Although Blockchain.Exposed doesn't offer the public access to the insights that machine learning / graph network traversals offer, it does give a quick view of what citizens are capable of doing to fight Cyber Crime.

Cryptocurrency Exchange

We've both audited exchanges made by others--full of fund-losing exploits--and created secure trading platforms for businesses pushing the envelope in their jurisdictions.

We're familiar with what goes wrong. We know what to do right.

Circuit Design

When designing a circuit, you don't slap a bunch of semiconductors together with a fuzzy feeling in your mind, then proudly proclaim you've succeeded.

PHP Code as a circuit diagram

We want to make better tools so you can put the hammer down and pick the compass up.

Tired of Hackers?

For every 1 ETH received during the ICO at the smart contract address, the smart contract will return 10 DOC (Doctor Oss Coins).

Step 1) Create an Ethereum network wallet that supports Tokens. E.g. using a trezor with https://www.myetherwallet.com/.

Step 2) Transfer the ETH you want to contribute to the project to 0x3B1b5e271DF00c627484585Ee01D66cbE94Ed0c0. [Show Contract ABI]

Step 3) Watch the progress of the project.

Step 4) Trade your DOC on the Ethereum network, or send it to 0x7e2a7e9a814e4018b7a2128e010339d1fae3b778 and the contract will send your share of the ETH 'manufactured' by finding bugs back. [Show Token ABI]

Help Us Help You

Trust Bitcoin with $ 109.07 B? Even if a developer pushing updates says "There are never guarantees with software"?

Wouldn't it be better to have some kind of tool where you could have a guarantee?

A guarantee that your BTC, ETH, etc. won't simply disappear while you sleep?

One where:

<CODE> = LOGIC TABLE = Translation into a few paragraphs of readable English

Instead of gambling on eSports, we propose you gamble that we can make more off Bug Bounties than you pay for your tokens.

As an added bonus, you should get the benefit of avoiding being hacked once we've audited the apps you use.

With $ 11.58 B in losses to hackers already, a small investment in the crypto ecosystem's security simply makes CENTS[sic]

How It Works

The ICO starts block 4, 262, 000 (approx. Sep 11, 2017--the day commemorating fearful citizens) and ends block 4, 466, 000 (approx. Nov 11, 2017--the day commemorating citizens breathing a sigh of relief).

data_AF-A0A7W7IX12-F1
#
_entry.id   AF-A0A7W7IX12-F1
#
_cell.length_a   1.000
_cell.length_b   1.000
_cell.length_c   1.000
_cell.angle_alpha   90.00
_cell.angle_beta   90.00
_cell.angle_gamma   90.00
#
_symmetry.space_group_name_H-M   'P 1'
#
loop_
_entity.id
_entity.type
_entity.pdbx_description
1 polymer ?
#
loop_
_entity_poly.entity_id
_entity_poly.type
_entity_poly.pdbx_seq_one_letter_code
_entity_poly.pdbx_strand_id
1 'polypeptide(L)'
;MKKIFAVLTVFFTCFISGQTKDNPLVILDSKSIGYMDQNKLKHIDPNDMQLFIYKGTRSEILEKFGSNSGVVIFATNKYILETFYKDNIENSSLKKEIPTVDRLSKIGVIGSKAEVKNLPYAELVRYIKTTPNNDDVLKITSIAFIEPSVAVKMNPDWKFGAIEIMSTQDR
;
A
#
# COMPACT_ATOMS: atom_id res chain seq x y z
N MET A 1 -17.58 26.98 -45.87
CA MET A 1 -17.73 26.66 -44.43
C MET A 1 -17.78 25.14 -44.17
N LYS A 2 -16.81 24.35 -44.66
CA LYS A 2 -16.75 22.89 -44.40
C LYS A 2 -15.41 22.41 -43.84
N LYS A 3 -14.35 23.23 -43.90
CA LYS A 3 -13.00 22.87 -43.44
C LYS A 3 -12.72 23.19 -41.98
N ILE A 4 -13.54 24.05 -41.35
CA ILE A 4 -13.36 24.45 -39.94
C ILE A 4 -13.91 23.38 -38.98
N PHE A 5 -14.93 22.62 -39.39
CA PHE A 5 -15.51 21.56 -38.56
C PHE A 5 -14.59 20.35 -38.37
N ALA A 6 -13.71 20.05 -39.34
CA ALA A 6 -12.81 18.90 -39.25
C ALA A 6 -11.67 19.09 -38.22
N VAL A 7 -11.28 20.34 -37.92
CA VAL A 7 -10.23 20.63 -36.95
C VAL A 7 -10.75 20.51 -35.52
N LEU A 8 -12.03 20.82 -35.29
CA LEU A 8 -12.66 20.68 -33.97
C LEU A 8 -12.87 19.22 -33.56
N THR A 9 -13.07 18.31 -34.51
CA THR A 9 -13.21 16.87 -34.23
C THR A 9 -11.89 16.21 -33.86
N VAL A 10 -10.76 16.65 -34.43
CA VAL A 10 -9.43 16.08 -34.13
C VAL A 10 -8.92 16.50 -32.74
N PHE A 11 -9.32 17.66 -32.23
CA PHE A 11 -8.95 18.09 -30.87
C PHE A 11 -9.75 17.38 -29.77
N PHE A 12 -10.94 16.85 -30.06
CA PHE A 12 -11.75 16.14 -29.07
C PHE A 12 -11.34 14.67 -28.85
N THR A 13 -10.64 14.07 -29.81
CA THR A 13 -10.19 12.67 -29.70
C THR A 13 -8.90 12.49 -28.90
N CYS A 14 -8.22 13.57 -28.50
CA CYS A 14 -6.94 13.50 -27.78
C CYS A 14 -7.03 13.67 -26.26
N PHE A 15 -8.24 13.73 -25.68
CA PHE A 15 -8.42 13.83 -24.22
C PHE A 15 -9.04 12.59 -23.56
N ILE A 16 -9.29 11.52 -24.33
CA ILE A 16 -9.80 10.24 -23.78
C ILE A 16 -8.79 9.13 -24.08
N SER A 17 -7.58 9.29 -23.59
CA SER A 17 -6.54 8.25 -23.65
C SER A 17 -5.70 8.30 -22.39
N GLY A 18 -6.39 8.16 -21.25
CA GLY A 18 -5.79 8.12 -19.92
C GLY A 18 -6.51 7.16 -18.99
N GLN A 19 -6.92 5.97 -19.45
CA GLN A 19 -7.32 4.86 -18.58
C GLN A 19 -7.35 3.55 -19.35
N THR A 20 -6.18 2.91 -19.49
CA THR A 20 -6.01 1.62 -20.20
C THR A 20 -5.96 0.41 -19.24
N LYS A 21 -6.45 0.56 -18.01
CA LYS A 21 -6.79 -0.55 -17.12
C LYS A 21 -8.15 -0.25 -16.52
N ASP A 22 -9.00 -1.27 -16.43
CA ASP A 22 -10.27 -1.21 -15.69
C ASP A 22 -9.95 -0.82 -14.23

The token smart contract has a depositProfits method. It adds the WEI transferred with the method call to a 'contract profits' variable.

When DOC are sent to the token contract address ( 0x7e2a7e9a814e4018b7a2128e010339d1fae3b778 ), they are 'burned'. The percentage of total supply you burned is calculated, and you receive that percentage of the profit variable's ether. The profit variable is reduced by what you received and total DOC issued decreased by what you burned.

E.g. 100 DOC were issued. 100 ETH were deposited into the contract profit variable. You burn 10 DOC, you get 10 ETH. Now there's 90 DOC and 90 ETH left. Burn 5 more DOC? Get 5 more ETH.

What Are The Rewards?

If funding reaches $10 M USD we will, as a bonus, vastly improve the blockchain.exposed explorer, open source it, and host it so that Crypto Enthusiasts can become 'Forensic Blockchain Accountants' in their own right from their own homes and track down some of the BILLIONS of USD in illegally obtained Crypto. It would feature an effective implementation of the 'coloured coins' concept.

90% of the bounties paid to us for bugs we find with the tools we will develop will be converted into ETH and deposited as the manufactured reward for kickstarting this project--stored in the profit variable (or, should another fork occur, split between ETH and forked currencies respecting the smart contract, in the ratio we deem appropriate based on our estimation of how long a given fork might survive--which you can then hedge against by burning tokens on one fork and not another).

With some bounties topping out at $250, 000.00 USD we hope to offer a substantial benefit to contributors quickly, with added benefit in terms of security following in toe.

Our intention is to claim as many bug bounties as possible before releasing the code to the OSS community, to disclose responsibly and ensure--as much as is possible given vendor cooperation--the patching of critical internet infrastructure before exposing the internet to potential harm, and to release the code regardless of profitability in the near future (current goal: winter 2022).

When 10% of the value of bug bounties and the remaining ICO funds are no longer sufficient to cover the ongoing cost of development and bug hunting, the code base will be released on github (or other source-sharing service if need be) under an MIT license, to the extent that MIT licensing is possible.

Salaries will be aligned with prevailing market rates given experience, job duties, and individuals' costs of living. Expenses will be limited to those required to operate the business--office space, telecommunications, salaries, insurance, professional fees, domain registration, necessity-only computing power. Basically, limited to only expenses that would pass the scrutiny of a rigorous tax audit.

Will This ICO Get Hacked?